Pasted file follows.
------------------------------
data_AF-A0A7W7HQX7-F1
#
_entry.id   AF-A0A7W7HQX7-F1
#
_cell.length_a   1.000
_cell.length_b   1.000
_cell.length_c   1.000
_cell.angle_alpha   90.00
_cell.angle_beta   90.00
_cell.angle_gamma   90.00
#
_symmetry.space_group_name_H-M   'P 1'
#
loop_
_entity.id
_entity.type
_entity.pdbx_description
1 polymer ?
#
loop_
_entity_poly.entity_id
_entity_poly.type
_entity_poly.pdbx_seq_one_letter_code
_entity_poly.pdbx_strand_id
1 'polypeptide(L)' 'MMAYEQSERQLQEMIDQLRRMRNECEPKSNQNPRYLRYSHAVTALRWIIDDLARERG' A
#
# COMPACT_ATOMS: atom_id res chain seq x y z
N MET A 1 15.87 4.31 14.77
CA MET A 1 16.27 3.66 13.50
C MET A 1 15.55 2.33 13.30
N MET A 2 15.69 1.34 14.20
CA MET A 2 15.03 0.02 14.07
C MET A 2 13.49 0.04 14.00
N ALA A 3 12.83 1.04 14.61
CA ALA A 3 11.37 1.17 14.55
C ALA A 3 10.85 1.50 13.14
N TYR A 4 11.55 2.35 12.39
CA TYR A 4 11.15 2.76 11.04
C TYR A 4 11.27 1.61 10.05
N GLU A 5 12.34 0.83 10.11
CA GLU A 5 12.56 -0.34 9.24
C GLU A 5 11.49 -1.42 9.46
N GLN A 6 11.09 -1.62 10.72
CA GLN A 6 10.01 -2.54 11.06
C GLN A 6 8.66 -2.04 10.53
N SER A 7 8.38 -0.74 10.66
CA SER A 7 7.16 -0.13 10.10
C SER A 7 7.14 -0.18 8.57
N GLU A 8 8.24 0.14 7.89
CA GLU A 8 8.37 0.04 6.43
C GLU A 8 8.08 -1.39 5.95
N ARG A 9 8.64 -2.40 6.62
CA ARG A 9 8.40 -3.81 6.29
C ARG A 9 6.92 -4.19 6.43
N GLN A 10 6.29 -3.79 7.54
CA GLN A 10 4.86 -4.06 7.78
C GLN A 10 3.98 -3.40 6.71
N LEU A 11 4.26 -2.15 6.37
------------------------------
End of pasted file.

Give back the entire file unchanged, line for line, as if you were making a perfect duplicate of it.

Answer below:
data_AF-A0A7W7HQX7-F1
#
_entry.id   AF-A0A7W7HQX7-F1
#
_cell.length_a   1.000
_cell.length_b   1.000
_cell.length_c   1.000
_cell.angle_alpha   90.00
_cell.angle_beta   90.00
_cell.angle_gamma   90.00
#
_symmetry.space_group_name_H-M   'P 1'
#
loop_
_entity.id
_entity.type
_entity.pdbx_description
1 polymer ?
#
loop_
_entity_poly.entity_id
_entity_poly.type
_entity_poly.pdbx_seq_one_letter_code
_entity_poly.pdbx_strand_id
1 'polypeptide(L)' 'MMAYEQSERQLQEMIDQLRRMRNECEPKSNQNPRYLRYSHAVTALRWIIDDLARERG' A
#
# COMPACT_ATOMS: atom_id res chain seq x y z
N MET A 1 15.87 4.31 14.77
CA MET A 1 16.27 3.66 13.50
C MET A 1 15.55 2.33 13.30
N MET A 2 15.69 1.34 14.20
CA MET A 2 15.03 0.02 14.07
C MET A 2 13.49 0.04 14.00
N ALA A 3 12.83 1.04 14.61
CA ALA A 3 11.37 1.17 14.55
C ALA A 3 10.85 1.50 13.14
N TYR A 4 11.55 2.35 12.39
CA TYR A 4 11.15 2.76 11.04
C TYR A 4 11.27 1.61 10.05
N GLU A 5 12.34 0.83 10.11
CA GLU A 5 12.56 -0.34 9.24
C GLU A 5 11.49 -1.42 9.46
N GLN A 6 11.09 -1.62 10.72
CA GLN A 6 10.01 -2.54 11.06
C GLN A 6 8.66 -2.04 10.53
N SER A 7 8.38 -0.74 10.66
CA SER A 7 7.16 -0.13 10.10
C SER A 7 7.14 -0.18 8.57
N GLU A 8 8.24 0.14 7.89
CA GLU A 8 8.37 0.04 6.43
C GLU A 8 8.08 -1.39 5.95
N ARG A 9 8.64 -2.40 6.62
CA ARG A 9 8.40 -3.81 6.29
C ARG A 9 6.92 -4.19 6.43
N GLN A 10 6.29 -3.79 7.54
CA GLN A 10 4.86 -4.06 7.78
C GLN A 10 3.98 -3.40 6.71
N LEU A 11 4.26 -2.15 6.37